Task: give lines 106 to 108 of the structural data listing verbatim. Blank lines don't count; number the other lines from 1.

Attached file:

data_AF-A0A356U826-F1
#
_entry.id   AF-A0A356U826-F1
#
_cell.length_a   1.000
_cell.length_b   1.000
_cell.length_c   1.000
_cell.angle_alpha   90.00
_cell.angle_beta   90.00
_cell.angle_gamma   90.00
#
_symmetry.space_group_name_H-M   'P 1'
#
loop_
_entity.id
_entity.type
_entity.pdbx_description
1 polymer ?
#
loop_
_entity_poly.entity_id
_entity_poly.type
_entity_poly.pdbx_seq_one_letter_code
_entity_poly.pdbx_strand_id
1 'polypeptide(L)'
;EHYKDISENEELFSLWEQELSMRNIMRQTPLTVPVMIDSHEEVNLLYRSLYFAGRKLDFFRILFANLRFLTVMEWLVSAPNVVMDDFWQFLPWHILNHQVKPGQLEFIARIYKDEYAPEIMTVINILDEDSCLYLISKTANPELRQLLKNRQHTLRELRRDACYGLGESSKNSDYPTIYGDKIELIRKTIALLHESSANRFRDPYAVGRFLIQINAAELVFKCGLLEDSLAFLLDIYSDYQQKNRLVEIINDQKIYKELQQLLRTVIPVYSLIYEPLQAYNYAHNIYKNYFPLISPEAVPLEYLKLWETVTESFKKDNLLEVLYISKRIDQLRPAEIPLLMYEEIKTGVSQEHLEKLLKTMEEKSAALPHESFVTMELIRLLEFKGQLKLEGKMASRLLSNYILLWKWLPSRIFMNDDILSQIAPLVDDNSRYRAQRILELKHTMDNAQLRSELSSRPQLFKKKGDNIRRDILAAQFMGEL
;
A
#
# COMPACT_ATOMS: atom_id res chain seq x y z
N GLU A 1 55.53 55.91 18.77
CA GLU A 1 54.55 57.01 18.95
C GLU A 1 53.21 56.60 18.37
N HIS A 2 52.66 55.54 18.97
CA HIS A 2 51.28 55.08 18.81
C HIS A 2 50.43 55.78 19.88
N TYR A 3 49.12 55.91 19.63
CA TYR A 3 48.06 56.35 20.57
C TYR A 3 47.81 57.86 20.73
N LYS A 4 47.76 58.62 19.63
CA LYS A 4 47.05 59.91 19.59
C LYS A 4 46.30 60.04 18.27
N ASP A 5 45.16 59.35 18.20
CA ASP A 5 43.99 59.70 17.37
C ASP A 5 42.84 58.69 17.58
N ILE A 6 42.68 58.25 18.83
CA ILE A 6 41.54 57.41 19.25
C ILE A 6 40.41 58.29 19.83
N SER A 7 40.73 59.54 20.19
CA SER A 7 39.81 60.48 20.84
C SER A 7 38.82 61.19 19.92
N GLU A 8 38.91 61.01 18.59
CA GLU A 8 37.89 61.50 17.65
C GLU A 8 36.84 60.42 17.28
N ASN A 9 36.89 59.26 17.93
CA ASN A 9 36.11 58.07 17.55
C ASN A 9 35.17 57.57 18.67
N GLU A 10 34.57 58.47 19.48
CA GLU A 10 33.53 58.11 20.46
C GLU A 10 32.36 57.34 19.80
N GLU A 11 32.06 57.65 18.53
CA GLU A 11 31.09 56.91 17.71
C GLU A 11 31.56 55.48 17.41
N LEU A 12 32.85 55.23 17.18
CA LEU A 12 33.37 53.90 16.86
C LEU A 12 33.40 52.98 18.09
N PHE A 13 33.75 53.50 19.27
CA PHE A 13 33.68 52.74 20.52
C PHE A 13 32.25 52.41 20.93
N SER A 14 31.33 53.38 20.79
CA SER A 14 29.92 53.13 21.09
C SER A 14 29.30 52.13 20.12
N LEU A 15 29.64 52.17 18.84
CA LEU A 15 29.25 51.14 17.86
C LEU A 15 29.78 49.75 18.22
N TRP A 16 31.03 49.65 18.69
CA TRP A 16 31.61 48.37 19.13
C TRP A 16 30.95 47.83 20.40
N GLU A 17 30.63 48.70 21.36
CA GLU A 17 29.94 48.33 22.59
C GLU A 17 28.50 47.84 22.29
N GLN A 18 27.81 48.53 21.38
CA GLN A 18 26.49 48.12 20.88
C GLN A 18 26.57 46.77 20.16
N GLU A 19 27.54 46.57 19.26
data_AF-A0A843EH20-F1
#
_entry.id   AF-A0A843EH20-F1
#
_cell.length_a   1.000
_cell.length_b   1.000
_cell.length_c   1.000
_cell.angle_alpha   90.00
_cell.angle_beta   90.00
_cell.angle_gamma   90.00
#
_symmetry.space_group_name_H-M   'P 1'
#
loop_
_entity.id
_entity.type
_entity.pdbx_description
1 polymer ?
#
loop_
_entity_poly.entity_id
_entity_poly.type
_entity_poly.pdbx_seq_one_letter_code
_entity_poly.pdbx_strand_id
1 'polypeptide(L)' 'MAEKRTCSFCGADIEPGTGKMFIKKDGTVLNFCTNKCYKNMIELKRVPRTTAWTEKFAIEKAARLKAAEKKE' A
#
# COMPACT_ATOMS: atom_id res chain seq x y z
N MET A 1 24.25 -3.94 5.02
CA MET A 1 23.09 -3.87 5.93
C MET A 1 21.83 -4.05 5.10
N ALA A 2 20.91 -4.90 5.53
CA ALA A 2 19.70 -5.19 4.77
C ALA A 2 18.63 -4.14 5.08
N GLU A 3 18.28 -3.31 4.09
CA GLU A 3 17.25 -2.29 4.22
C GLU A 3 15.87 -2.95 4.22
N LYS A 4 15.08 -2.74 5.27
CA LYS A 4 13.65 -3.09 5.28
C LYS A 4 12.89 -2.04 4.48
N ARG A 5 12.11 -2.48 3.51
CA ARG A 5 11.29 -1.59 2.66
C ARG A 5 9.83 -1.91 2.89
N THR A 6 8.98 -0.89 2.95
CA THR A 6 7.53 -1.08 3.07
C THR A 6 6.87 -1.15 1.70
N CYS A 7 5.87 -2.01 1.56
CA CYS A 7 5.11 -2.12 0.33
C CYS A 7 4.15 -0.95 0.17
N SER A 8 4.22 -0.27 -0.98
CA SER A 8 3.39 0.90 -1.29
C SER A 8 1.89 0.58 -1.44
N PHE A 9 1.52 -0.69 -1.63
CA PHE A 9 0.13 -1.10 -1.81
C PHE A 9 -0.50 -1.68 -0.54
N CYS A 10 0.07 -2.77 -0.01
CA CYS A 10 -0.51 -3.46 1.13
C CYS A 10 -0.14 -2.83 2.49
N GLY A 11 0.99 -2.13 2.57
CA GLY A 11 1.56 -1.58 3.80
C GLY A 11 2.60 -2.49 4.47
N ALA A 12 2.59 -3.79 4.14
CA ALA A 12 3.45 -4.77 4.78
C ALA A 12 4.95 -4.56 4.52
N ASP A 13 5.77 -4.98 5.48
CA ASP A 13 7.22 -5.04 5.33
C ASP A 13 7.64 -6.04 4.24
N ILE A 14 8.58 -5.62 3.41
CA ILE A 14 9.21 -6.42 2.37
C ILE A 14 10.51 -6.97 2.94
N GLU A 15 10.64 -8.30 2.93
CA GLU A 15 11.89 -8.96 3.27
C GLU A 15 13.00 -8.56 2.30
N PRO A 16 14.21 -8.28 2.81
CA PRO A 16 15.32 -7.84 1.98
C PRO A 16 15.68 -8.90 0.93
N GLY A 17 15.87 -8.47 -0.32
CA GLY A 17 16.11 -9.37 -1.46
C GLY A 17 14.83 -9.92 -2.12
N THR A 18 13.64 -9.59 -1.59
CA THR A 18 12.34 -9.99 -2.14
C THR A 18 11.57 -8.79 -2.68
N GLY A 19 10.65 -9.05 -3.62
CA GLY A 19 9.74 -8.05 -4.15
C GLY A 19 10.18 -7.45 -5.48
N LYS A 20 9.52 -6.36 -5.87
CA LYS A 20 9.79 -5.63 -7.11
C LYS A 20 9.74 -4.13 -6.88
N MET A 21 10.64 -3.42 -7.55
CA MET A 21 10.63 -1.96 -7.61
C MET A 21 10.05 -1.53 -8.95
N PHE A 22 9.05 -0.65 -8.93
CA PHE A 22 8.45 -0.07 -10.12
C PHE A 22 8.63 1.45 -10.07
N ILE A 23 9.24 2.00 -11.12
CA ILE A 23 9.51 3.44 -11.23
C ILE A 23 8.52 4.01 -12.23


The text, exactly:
_entity_poly.entity_id
_entity_poly.type
_entity_poly.pdbx_seq_one_letter_code